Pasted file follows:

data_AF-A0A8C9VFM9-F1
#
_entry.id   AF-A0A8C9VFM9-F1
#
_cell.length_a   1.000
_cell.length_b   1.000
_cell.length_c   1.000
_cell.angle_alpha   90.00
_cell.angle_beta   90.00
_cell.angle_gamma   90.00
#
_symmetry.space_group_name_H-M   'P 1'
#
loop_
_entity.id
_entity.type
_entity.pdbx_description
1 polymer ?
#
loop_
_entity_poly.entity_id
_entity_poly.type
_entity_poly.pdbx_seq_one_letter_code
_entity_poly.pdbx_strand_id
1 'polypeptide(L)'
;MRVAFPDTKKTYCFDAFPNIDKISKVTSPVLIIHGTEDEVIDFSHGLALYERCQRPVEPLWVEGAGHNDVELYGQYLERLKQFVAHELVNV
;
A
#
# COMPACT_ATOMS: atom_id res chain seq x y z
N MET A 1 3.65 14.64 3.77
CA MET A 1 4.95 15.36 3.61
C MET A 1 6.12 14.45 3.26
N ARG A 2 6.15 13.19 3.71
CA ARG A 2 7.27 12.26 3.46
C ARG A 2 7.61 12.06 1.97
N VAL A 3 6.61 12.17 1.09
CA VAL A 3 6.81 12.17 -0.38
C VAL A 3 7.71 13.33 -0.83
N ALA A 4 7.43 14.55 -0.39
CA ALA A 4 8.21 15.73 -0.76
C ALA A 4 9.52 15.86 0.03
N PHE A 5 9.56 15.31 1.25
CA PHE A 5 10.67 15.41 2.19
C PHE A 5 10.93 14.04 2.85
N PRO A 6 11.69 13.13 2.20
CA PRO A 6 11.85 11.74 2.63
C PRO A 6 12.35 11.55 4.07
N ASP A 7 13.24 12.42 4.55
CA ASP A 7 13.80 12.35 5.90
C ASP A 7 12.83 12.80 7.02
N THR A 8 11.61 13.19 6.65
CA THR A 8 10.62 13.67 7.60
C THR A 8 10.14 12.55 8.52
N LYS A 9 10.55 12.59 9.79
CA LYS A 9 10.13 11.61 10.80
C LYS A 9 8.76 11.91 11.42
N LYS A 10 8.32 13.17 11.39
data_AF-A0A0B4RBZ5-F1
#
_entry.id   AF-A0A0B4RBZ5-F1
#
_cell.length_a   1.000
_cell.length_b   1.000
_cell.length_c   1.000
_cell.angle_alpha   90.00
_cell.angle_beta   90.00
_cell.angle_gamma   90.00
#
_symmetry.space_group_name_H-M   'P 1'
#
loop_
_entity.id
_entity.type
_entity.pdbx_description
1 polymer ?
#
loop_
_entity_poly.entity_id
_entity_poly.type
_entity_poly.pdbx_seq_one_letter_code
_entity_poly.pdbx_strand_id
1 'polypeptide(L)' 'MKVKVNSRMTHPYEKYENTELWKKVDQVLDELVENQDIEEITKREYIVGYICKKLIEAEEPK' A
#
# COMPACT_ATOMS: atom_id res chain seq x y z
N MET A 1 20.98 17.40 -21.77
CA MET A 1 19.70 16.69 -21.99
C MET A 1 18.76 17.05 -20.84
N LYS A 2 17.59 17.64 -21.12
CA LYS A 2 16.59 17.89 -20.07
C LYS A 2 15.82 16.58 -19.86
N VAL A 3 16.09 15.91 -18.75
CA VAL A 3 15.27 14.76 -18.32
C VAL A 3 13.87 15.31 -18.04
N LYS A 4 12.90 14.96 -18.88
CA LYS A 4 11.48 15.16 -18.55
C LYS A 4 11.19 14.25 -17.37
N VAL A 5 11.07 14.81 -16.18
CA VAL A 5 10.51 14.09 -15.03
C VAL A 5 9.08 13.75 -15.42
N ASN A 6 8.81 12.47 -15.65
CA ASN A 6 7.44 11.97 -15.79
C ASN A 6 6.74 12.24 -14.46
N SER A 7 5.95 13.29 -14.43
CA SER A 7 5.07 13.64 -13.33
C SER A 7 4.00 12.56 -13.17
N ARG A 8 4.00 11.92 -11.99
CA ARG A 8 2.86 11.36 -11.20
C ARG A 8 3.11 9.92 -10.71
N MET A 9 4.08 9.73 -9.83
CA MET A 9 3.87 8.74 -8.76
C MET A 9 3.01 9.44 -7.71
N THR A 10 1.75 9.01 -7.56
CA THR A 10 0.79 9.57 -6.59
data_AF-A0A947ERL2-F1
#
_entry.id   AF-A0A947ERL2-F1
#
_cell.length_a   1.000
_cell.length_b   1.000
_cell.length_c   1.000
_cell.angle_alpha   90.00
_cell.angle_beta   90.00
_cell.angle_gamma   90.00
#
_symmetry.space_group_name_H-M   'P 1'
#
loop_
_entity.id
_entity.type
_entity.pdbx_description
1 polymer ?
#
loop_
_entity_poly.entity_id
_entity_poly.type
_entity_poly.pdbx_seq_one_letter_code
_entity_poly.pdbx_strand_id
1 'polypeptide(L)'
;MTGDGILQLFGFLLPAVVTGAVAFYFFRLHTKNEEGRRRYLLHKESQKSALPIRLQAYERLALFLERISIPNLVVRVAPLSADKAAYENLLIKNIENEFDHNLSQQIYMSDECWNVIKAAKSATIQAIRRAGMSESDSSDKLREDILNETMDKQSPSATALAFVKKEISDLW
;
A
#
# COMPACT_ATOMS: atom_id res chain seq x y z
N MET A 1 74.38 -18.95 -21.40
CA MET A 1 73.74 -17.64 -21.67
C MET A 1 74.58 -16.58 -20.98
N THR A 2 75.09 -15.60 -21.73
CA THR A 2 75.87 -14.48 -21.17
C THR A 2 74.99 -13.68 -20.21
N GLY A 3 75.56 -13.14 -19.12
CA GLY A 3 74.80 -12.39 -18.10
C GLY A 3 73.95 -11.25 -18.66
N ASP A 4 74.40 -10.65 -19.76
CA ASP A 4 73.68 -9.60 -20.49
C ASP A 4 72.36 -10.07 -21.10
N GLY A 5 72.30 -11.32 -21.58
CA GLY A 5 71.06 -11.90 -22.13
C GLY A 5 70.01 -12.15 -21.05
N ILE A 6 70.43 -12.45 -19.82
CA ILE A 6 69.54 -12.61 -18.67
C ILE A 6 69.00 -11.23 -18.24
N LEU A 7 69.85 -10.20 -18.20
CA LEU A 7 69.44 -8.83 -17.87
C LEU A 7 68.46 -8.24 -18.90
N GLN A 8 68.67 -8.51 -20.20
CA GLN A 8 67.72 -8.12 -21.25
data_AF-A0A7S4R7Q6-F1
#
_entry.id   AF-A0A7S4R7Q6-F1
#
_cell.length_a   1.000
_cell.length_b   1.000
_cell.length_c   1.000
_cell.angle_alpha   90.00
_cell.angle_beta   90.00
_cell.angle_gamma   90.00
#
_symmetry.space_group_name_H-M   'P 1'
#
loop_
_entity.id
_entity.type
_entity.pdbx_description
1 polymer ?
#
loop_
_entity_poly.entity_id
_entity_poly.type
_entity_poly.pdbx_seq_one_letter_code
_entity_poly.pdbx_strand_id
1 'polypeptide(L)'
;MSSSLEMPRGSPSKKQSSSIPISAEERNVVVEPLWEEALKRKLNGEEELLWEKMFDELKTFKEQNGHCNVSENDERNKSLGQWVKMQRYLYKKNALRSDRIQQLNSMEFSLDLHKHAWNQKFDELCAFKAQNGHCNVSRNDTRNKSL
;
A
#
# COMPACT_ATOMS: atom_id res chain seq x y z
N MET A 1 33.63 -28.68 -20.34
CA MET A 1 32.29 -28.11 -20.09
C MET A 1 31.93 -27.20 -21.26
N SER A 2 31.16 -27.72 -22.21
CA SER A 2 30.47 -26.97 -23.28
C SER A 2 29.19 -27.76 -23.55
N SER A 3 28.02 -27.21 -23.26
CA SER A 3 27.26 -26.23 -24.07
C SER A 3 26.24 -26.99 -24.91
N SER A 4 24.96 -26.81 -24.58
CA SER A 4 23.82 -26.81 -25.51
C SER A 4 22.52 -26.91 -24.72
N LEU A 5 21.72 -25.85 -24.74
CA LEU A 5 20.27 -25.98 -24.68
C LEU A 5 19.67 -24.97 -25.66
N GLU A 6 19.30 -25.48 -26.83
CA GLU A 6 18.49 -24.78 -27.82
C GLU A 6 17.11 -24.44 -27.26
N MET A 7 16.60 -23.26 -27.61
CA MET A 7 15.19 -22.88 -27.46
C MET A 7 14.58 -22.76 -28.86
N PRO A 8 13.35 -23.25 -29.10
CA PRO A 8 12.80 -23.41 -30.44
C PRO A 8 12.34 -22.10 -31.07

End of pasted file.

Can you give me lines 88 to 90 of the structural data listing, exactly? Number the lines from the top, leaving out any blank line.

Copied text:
C MET A 1 18.76 17.05 -20.84
N LYS A 2 17.59 17.64 -21.12
CA LYS A 2 16.59 17.89 -20.07